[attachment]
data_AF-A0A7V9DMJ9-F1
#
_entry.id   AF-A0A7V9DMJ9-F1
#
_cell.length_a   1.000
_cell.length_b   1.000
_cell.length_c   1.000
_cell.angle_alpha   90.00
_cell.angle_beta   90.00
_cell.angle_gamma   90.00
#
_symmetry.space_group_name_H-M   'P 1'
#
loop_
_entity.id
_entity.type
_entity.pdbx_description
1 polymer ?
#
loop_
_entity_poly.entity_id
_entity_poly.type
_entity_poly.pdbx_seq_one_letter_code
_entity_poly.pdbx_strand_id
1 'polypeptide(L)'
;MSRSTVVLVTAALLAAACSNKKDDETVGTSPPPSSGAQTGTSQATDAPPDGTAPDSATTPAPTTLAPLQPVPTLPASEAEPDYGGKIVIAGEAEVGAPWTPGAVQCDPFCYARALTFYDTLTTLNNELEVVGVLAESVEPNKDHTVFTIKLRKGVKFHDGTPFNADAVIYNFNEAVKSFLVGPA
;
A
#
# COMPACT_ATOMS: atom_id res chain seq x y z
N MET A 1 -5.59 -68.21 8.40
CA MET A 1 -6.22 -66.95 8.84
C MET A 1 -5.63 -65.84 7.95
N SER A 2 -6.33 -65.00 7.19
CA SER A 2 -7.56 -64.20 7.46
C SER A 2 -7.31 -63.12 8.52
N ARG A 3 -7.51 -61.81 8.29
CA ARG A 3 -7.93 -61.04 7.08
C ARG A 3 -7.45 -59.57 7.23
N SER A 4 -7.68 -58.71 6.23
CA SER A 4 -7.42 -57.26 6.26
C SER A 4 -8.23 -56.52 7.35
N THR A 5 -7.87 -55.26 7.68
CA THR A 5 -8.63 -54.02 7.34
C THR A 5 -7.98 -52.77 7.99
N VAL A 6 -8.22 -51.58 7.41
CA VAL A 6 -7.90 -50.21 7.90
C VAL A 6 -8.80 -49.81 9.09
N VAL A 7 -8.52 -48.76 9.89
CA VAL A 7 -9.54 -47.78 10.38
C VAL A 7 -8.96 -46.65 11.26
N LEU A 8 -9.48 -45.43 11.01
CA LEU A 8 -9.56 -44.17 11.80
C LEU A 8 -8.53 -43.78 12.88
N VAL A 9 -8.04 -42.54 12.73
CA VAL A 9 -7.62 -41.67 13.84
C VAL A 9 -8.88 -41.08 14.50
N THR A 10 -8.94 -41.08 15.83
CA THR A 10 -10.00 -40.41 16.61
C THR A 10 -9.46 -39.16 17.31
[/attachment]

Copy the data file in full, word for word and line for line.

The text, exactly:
data_AF-A0A7V9DMJ9-F1
#
_entry.id   AF-A0A7V9DMJ9-F1
#
_cell.length_a   1.000
_cell.length_b   1.000
_cell.length_c   1.000
_cell.angle_alpha   90.00
_cell.angle_beta   90.00
_cell.angle_gamma   90.00
#
_symmetry.space_group_name_H-M   'P 1'
#
loop_
_entity.id
_entity.type
_entity.pdbx_description
1 polymer ?
#
loop_
_entity_poly.entity_id
_entity_poly.type
_entity_poly.pdbx_seq_one_letter_code
_entity_poly.pdbx_strand_id
1 'polypeptide(L)'
;MSRSTVVLVTAALLAAACSNKKDDETVGTSPPPSSGAQTGTSQATDAPPDGTAPDSATTPAPTTLAPLQPVPTLPASEAEPDYGGKIVIAGEAEVGAPWTPGAVQCDPFCYARALTFYDTLTTLNNELEVVGVLAESVEPNKDHTVFTIKLRKGVKFHDGTPFNADAVIYNFNEAVKSFLVGPA
;
A
#
# COMPACT_ATOMS: atom_id res chain seq x y z
N MET A 1 -5.59 -68.21 8.40
CA MET A 1 -6.22 -66.95 8.84
C MET A 1 -5.63 -65.84 7.95
N SER A 2 -6.33 -65.00 7.19
CA SER A 2 -7.56 -64.20 7.46
C SER A 2 -7.31 -63.12 8.52
N ARG A 3 -7.51 -61.81 8.29
CA ARG A 3 -7.93 -61.04 7.08
C ARG A 3 -7.45 -59.57 7.23
N SER A 4 -7.68 -58.71 6.23
CA SER A 4 -7.42 -57.26 6.26
C SER A 4 -8.23 -56.52 7.35
N THR A 5 -7.87 -55.26 7.68
CA THR A 5 -8.63 -54.02 7.34
C THR A 5 -7.98 -52.77 7.99
N VAL A 6 -8.22 -51.58 7.41
CA VAL A 6 -7.90 -50.21 7.90
C VAL A 6 -8.80 -49.81 9.09
N VAL A 7 -8.52 -48.76 9.89
CA VAL A 7 -9.54 -47.78 10.38
C VAL A 7 -8.96 -46.65 11.26
N LEU A 8 -9.48 -45.43 11.01
CA LEU A 8 -9.56 -44.17 11.80
C LEU A 8 -8.53 -43.78 12.88
N VAL A 9 -8.04 -42.54 12.73
CA VAL A 9 -7.62 -41.67 13.84
C VAL A 9 -8.88 -41.08 14.50
N THR A 10 -8.94 -41.08 15.83
CA THR A 10 -10.00 -40.41 16.61
C THR A 10 -9.46 -39.16 17.31